Traci and I began our free day at the hotel's extensive breakfast buffet. There were traditional Western breakfast items as well as Chinese offerings. Despite complaining of being tired of Chinese food at this point in the trip, I found myself choosing Chinese food at the breakfast buffet each morning in Shanghai. I enjoyed fried rice, lo mein, dumplings, and a variety of chicken dishes. I also loved the juices at this buffet. In addition to orange juice and grapefruit juice, there were other flavors such as kiwi and guava.
We went online to look up the top attractions in Shanghai. Trying to figure out how to spend our free day in Shanghai was quite a challenge. This was not because of a lack of things to see and do in the city. It was because the itinerary of the city tour we would be doing the next day would be taking us to most of the top attractions we were seeing online. In the end, Traci and I decided to do one of our tour guide's recommendations, e.g., to view the city from the top floors of one of its mega skyscrapers. I checked with the concierge at our hotel to find out how to get to our destination by subway. The closest subway station was about three blocks away.
Our walk to the station was our first view of Shanghai during the day. There was no doubt we were in a commercial area. There were billboards and name-brand stores everywhere we turned. In the midst of all this modernism however, we walked past a majestic Buddhist temple (Jing An Temple) that was built in the late 1800's. It was a mild, sunny day with a light breeze which felt great. The people tended to dress more fashionable in Shanghai than in other cities - especially the women. The sidewalks were not super crowded but we had to step aside a few times because someone was riding their moped on the sidewalk. The vehicle traffic on the streets actually looked tame in Shanghai.I was starting to second-guess my decision to decline the bicycle tour.
Even though our guide had told us the previous day that Shanghainese are used to seeing foreigners due to a sizable expat presence in the city, Traci and I still got a few stares and we occasionally noticed people taking pictures. Although there were not many, we did notice more white people and black people during our time in Shanghai.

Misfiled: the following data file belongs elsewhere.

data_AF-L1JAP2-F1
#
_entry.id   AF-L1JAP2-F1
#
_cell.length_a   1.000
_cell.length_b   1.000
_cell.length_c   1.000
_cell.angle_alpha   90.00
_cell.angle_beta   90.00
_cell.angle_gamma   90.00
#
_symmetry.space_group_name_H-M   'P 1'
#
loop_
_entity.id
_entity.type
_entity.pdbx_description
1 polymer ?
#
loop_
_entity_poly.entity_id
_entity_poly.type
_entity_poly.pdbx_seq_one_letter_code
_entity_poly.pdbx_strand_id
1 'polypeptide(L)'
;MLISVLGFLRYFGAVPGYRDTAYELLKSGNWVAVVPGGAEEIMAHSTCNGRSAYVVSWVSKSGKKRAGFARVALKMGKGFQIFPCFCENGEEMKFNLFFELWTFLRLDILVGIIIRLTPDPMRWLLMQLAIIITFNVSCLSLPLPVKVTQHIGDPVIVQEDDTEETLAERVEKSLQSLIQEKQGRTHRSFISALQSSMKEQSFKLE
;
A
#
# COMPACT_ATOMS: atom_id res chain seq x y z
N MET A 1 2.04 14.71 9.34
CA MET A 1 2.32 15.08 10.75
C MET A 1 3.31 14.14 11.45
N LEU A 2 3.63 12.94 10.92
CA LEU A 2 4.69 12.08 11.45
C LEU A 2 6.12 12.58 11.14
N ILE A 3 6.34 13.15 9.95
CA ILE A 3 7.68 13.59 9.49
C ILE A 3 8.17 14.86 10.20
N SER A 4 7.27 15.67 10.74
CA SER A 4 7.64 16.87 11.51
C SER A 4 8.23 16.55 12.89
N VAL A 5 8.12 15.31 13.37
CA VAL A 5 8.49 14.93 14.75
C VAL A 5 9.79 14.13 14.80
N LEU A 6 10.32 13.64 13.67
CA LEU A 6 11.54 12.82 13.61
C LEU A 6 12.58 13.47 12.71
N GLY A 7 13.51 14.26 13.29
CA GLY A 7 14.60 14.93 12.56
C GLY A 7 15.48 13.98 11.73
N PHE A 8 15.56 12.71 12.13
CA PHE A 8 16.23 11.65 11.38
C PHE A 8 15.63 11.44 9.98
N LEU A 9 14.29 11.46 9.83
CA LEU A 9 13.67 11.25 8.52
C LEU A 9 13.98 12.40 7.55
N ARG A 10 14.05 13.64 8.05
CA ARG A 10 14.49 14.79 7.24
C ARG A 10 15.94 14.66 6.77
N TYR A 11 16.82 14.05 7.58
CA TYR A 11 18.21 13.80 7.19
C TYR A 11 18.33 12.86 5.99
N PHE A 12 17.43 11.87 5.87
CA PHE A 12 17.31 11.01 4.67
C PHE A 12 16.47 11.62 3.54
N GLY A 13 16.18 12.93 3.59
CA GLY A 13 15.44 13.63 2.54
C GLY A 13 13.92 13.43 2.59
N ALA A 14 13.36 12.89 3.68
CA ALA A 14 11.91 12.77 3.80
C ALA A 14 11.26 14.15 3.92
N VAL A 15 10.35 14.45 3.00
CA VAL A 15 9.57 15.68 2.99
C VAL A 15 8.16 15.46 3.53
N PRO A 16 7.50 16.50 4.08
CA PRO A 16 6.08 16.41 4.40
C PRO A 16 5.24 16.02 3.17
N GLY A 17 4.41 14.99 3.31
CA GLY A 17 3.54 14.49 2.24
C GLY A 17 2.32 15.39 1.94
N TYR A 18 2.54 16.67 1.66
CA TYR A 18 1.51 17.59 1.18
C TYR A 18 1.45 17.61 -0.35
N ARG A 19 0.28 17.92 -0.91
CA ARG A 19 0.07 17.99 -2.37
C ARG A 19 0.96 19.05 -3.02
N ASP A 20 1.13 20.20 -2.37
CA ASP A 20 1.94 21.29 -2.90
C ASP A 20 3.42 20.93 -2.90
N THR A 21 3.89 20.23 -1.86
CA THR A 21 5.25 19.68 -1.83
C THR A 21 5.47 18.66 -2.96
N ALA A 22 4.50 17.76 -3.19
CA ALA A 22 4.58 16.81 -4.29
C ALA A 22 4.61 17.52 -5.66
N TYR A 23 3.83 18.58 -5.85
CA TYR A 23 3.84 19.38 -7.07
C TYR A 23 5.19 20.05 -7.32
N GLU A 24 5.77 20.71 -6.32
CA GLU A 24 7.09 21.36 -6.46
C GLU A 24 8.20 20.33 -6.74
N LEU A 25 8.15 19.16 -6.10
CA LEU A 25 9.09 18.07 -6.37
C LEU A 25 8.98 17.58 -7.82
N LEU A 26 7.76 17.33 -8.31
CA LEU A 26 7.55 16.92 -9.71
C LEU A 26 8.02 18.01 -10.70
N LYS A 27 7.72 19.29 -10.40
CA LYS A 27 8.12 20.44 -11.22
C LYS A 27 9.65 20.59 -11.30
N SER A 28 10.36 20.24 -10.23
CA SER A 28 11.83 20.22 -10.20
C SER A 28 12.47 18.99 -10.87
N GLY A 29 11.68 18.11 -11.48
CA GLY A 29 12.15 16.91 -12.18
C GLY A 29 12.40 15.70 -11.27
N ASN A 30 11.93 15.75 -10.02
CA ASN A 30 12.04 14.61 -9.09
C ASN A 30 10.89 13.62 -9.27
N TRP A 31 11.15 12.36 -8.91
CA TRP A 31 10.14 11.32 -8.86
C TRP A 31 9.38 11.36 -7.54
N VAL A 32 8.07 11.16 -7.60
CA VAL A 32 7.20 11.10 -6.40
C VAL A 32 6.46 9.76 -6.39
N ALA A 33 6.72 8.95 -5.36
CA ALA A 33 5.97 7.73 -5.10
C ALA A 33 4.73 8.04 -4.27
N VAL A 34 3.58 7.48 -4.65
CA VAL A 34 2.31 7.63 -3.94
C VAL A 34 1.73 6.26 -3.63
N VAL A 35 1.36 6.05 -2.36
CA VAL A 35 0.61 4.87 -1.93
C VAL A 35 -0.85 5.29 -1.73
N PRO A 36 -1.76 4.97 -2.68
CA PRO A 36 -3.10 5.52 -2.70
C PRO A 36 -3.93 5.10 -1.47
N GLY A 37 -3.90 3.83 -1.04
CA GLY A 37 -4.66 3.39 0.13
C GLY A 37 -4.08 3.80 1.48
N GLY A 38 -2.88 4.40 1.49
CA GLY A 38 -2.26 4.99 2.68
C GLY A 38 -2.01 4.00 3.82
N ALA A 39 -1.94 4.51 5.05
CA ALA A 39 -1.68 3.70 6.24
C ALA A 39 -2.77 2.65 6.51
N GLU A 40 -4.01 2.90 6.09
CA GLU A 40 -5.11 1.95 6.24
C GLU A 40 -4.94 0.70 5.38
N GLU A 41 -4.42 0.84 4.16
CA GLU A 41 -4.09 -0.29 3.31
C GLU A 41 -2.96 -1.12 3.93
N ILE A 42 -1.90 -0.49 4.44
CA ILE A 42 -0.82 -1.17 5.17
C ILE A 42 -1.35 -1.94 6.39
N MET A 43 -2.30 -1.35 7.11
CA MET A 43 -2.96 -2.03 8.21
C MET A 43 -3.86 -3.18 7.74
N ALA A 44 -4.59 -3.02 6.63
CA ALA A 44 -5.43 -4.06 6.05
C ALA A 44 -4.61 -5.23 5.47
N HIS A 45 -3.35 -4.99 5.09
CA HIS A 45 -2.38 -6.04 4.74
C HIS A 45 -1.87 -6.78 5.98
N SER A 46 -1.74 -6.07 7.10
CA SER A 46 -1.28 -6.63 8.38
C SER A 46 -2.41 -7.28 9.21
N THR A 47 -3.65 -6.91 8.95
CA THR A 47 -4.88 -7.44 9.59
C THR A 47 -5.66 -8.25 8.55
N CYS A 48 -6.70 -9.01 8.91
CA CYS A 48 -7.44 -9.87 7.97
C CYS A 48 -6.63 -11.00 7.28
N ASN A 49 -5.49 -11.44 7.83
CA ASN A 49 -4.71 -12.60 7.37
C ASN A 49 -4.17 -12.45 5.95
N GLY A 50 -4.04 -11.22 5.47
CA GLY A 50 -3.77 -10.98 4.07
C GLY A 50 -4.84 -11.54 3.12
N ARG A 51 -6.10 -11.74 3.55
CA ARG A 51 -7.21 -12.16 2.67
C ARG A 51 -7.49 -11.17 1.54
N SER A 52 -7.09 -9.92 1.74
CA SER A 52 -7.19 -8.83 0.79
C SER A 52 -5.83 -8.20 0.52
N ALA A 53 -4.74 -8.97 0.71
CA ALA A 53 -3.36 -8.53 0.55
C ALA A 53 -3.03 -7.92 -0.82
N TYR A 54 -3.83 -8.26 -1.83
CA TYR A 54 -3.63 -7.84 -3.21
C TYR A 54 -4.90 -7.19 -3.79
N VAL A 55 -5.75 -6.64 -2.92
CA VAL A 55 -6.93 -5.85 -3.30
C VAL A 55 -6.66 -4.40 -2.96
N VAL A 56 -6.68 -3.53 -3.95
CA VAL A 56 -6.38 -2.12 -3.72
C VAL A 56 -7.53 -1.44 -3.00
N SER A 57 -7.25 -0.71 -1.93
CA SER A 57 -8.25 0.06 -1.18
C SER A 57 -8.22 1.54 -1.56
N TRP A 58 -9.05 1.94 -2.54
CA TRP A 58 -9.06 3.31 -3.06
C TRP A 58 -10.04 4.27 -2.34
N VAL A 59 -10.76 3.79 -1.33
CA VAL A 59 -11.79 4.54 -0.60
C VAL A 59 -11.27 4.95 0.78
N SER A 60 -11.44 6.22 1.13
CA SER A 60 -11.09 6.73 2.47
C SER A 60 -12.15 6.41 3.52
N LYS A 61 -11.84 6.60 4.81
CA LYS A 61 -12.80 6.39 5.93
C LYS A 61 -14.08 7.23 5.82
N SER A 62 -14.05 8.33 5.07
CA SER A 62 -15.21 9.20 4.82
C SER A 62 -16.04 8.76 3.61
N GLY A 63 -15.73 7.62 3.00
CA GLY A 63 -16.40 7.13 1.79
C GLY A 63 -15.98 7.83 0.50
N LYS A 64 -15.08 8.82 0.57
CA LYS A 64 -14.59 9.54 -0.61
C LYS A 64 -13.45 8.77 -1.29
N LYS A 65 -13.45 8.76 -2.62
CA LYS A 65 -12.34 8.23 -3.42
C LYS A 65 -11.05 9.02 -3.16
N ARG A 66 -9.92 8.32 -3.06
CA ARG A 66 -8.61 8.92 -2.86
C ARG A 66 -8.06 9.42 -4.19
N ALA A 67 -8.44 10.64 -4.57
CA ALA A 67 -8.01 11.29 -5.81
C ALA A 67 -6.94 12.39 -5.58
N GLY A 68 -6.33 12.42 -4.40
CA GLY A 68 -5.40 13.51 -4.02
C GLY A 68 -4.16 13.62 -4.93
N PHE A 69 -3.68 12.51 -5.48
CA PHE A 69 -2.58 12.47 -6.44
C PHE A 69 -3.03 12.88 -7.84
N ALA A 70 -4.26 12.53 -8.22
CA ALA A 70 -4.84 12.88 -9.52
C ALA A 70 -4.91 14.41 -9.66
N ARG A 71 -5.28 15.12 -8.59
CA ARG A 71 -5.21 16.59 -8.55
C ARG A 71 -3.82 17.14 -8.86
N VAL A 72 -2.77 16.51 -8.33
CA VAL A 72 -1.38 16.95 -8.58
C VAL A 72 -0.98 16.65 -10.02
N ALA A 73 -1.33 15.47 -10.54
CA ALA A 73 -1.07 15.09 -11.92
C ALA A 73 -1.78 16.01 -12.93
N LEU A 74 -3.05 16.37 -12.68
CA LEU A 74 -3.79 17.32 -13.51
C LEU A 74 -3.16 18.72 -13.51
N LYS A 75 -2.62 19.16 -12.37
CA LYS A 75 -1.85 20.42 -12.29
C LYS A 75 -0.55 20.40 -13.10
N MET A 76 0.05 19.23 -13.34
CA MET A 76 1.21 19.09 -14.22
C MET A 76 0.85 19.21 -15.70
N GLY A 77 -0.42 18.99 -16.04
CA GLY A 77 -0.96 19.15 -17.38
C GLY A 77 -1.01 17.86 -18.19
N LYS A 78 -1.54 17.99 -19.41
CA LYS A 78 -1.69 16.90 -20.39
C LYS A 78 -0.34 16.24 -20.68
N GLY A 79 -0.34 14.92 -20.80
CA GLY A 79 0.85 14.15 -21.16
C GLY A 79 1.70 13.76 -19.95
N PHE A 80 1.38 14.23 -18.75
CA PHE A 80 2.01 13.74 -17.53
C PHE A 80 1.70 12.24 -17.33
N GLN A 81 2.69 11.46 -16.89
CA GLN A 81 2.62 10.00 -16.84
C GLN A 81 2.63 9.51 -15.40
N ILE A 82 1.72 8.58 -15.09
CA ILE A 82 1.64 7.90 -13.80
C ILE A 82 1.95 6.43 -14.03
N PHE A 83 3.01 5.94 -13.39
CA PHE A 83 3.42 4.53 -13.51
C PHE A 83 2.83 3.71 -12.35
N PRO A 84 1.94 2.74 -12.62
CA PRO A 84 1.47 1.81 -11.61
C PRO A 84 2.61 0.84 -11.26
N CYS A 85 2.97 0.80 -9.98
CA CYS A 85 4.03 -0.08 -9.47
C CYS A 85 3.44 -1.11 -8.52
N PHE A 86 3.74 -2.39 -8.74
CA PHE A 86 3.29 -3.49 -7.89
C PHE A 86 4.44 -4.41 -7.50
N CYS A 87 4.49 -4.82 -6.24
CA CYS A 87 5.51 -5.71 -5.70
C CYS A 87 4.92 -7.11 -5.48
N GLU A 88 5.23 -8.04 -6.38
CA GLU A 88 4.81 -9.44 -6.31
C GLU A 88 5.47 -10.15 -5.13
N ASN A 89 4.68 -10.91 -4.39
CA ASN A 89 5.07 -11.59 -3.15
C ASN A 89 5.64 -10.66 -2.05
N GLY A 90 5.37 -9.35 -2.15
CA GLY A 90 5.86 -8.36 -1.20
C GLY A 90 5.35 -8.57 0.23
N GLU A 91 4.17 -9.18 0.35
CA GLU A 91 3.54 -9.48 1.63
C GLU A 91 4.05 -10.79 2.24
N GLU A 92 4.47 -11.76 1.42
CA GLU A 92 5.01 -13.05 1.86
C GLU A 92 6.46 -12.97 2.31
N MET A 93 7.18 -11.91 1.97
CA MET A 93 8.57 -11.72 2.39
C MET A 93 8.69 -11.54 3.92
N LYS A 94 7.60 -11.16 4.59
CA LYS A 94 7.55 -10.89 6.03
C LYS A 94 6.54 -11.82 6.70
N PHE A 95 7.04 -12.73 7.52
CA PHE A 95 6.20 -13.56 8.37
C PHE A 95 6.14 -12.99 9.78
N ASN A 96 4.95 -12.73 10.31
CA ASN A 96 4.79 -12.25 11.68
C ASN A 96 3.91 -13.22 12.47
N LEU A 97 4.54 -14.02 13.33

The subway station was packed with people. It was actually a Chinese holiday so I guess people were taking advantage of their day off. I was happy to see the ticket kiosks were the same type we learned to use in Hong Kong. We were able to use the touch screen to get tickets quickly and be on our way. I would have hated to be trying to figure out how to use the kiosk while we had a line of people behind us.
The subway train was jam packed. The cool thing about this ride was looking out of the window while the train was speeding down the tracks. There were video screens on the walls of the tunnels that played videos in-sync with the train's movement. No matter which window you looked through, it appeared as if it was one video screen. That was some amazing engineering!
There were two other super tall buildings in walking distance from our destination. One was the Shanghai Tower. At 2,073 feet, it is the second tallest building in the world. We were told that the top floors were not yet open to the public. The other building was the Oriental Pearl Tower. It looks like two beach balls on a vertical rod. We were told that it is very popular with the Chinese tourists and that there is sometimes more than an hour wait to take the elevator to the top.
Oriental Pearl Tower